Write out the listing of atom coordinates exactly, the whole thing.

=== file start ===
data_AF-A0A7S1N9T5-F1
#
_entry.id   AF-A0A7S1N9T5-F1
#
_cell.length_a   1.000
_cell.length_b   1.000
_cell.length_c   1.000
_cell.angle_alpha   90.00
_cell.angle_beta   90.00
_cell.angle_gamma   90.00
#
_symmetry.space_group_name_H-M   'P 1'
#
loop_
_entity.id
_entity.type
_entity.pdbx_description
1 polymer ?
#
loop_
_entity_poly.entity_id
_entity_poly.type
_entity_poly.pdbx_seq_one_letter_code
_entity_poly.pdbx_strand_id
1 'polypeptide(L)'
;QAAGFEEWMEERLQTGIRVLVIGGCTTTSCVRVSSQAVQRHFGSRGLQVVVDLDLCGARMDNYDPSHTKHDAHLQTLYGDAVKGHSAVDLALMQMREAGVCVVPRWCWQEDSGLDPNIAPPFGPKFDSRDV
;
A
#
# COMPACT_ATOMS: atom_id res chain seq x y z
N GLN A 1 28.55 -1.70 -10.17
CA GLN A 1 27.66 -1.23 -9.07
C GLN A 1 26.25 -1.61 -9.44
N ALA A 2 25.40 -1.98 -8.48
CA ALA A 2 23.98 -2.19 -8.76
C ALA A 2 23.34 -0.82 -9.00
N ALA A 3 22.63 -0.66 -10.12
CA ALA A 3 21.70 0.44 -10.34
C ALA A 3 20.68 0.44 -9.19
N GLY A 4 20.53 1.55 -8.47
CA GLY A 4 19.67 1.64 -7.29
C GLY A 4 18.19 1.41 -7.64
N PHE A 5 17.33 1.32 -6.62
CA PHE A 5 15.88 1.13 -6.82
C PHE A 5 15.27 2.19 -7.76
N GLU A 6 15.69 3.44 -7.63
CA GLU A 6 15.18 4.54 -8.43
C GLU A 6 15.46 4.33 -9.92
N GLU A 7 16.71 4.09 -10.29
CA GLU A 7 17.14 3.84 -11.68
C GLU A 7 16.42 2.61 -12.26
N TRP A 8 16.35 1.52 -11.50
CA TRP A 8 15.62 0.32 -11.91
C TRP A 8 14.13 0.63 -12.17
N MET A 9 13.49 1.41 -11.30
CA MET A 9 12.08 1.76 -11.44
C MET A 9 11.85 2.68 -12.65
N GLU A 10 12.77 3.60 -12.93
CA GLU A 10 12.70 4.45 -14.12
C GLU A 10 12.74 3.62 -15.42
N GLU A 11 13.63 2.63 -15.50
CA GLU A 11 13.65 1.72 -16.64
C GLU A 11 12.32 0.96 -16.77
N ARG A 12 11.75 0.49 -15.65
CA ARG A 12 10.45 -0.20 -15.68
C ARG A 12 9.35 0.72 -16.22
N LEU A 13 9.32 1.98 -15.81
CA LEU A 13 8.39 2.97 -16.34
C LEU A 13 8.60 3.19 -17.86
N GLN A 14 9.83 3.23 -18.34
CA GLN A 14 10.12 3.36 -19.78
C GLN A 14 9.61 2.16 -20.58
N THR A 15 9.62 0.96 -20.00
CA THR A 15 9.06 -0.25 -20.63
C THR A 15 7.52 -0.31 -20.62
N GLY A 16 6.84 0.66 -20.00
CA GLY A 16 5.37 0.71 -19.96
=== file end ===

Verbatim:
data_AF-A0A7S1N9T5-F1
#
_entry.id   AF-A0A7S1N9T5-F1
#
_cell.length_a   1.000
_cell.length_b   1.000
_cell.length_c   1.000
_cell.angle_alpha   90.00
_cell.angle_beta   90.00
_cell.angle_gamma   90.00
#
_symmetry.space_group_name_H-M   'P 1'
#
loop_
_entity.id
_entity.type
_entity.pdbx_description
1 polymer ?
#
loop_
_entity_poly.entity_id
_entity_poly.type
_entity_poly.pdbx_seq_one_letter_code
_entity_poly.pdbx_strand_id
1 'polypeptide(L)'
;QAAGFEEWMEERLQTGIRVLVIGGCTTTSCVRVSSQAVQRHFGSRGLQVVVDLDLCGARMDNYDPSHTKHDAHLQTLYGDAVKGHSAVDLALMQMREAGVCVVPRWCWQEDSGLDPNIAPPFGPKFDSRDV
;
A
#
# COMPACT_ATOMS: atom_id res chain seq x y z
N GLN A 1 28.55 -1.70 -10.17
CA GLN A 1 27.66 -1.23 -9.07
C GLN A 1 26.25 -1.61 -9.44
N ALA A 2 25.40 -1.98 -8.48
CA ALA A 2 23.98 -2.19 -8.76
C ALA A 2 23.34 -0.82 -9.00
N ALA A 3 22.63 -0.66 -10.12
CA ALA A 3 21.70 0.44 -10.34
C ALA A 3 20.68 0.44 -9.19
N GLY A 4 20.53 1.55 -8.47
CA GLY A 4 19.67 1.64 -7.29
C GLY A 4 18.19 1.41 -7.64
N PHE A 5 17.33 1.32 -6.62
CA PHE A 5 15.88 1.13 -6.82
C PHE A 5 15.27 2.19 -7.76
N GLU A 6 15.69 3.44 -7.63
CA GLU A 6 15.18 4.54 -8.43
C GLU A 6 15.46 4.33 -9.92
N GLU A 7 16.71 4.09 -10.29
CA GLU A 7 17.14 3.84 -11.68
C GLU A 7 16.42 2.61 -12.26
N TRP A 8 16.35 1.52 -11.50
CA TRP A 8 15.62 0.32 -11.91
C TRP A 8 14.13 0.63 -12.17
N MET A 9 13.49 1.41 -11.30
CA MET A 9 12.08 1.76 -11.44
C MET A 9 11.85 2.68 -12.65
N GLU A 10 12.77 3.60 -12.93
CA GLU A 10 12.70 4.45 -14.12
C GLU A 10 12.74 3.62 -15.42
N GLU A 11 13.63 2.63 -15.50
CA GLU A 11 13.65 1.72 -16.64
C GLU A 11 12.32 0.96 -16.77
N ARG A 12 11.75 0.49 -15.65
CA ARG A 12 10.45 -0.20 -15.68
C ARG A 12 9.35 0.72 -16.22
N LEU A 13 9.32 1.98 -15.81
CA LEU A 13 8.39 2.97 -16.34
C LEU A 13 8.60 3.19 -17.86
N GLN A 14 9.83 3.23 -18.34
CA GLN A 14 10.12 3.36 -19.78
C GLN A 14 9.61 2.16 -20.58
N THR A 15 9.62 0.96 -20.00
CA THR A 15 9.06 -0.25 -20.63
C THR A 15 7.52 -0.31 -20.62
N GLY A 16 6.84 0.66 -20.00
CA GLY A 16 5.37 0.71 -19.96